Once you have decided the type of pump you will need you will need to determine the flow rate required. Here is the equation, in the simplest terms: Gallons (Cubic Meters) per Hour = Gallons (Cubic Meters) Per Day / Available Peak Sun Hours per Day Peak Sun Hours refers to the average equivalent hours of full-sun energy received per day. It varies with the location and the season. For example, the arid central-western USA averages 7 peak hours in summer, and dips to 4.5 peak hours in mid-winter. In most cases, to be safe, you will want to talk to your well contractor or a local pump provider to ensure that you have correctly estimated your requirements but inevitably whoever you talk to is likely to ask one or more of the following questions, so be prepared:

  1. How deep is your well or alternative water source?
  2. What is the static water level in the well (the static level is that height in the well to which the water rises under it’s own pressure)?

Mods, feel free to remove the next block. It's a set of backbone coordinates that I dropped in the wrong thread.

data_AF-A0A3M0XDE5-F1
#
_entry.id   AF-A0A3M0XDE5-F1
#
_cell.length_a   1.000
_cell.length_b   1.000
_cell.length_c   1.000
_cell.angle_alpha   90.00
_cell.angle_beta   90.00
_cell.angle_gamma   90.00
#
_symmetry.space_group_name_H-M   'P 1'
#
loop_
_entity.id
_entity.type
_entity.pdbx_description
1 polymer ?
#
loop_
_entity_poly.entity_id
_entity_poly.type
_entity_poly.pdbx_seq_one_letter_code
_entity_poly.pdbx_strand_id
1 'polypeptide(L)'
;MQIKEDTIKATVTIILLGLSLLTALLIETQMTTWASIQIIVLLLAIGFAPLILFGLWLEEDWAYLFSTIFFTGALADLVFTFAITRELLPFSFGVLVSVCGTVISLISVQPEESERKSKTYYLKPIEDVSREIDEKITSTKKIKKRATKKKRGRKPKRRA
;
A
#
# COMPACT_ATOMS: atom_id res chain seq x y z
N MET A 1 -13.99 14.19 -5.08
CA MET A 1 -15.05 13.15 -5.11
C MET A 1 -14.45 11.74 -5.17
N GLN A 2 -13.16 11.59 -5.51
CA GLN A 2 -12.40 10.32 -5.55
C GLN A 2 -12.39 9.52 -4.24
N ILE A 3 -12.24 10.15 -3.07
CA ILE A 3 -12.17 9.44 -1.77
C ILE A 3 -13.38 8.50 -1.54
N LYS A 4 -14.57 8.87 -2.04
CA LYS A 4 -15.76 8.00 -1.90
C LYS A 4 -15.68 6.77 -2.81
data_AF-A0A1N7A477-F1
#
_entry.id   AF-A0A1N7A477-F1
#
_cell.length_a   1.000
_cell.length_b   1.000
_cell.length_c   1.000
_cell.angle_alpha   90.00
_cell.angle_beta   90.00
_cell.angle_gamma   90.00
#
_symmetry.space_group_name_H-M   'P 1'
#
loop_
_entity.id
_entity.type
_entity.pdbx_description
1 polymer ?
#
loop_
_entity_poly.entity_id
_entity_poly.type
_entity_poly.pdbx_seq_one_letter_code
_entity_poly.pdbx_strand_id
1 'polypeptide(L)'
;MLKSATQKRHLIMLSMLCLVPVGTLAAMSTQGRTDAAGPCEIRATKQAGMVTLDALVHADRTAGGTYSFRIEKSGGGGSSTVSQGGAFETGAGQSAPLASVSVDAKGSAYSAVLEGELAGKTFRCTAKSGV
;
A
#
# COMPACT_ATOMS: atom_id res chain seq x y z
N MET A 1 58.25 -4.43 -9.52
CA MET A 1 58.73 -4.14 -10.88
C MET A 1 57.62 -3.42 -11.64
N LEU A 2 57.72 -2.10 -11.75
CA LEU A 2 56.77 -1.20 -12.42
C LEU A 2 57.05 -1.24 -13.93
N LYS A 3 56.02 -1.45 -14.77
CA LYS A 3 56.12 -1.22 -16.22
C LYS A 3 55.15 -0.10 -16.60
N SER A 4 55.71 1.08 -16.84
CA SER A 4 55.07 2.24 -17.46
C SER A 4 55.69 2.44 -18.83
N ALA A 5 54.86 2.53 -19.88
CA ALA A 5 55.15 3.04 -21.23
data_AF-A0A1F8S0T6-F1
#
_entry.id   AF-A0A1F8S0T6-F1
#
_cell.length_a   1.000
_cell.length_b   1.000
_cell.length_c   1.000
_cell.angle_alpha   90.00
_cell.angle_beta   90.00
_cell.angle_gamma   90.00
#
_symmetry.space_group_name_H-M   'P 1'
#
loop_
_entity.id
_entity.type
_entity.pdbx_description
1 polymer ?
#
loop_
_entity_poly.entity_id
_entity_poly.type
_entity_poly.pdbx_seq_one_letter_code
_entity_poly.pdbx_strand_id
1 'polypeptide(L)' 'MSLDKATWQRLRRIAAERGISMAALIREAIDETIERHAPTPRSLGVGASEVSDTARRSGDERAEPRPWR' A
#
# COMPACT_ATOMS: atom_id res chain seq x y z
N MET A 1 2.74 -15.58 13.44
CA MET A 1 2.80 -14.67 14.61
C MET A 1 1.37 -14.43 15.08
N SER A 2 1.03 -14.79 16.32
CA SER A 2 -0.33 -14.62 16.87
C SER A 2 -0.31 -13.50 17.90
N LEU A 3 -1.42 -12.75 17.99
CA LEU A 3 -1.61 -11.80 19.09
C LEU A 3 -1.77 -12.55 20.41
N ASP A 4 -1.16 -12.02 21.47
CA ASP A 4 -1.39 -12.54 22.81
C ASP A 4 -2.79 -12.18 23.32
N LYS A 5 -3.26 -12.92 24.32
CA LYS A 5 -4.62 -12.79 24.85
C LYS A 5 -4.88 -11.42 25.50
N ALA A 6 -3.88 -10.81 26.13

3. How many gallons per minute does your well produce?
  4. How many gallons per day do you need?
  5. Will you pump to a non-pressurized holding tank or to a pressure tank?
  6. How many feet above the well head is the tank located?
  7. If a pressure tank is used, how many pounds of pressure will you ask the pump to create?
  8. How many feet from the solar array to the well head?
New Content
We have been getting a lot of questions lately as to the costs for a solar PV system and how soon PV systems pay for themselves. It is not always easy to tell given the host of federal and state regulations.  To provide some clarity on these cost issues we have updated our section on Typical Costs to reflect the latest prices and have added a new article on Calculating the Payback for a solar PV System.  Take a look!
Solar Factbook
PV Demand Growing -
Global photovoltaic demand continues to soar in 2010 and is currently projected to double over the rate of installations year last year, according to Solarbuzz®, a solar energy market research company. Solarbuzz has raised its 2010 market size to 15.2 GW, which compares with a revised 7.5 GW in 2009.

Copyright © 2012 EnergyBible.com. All rights reserved.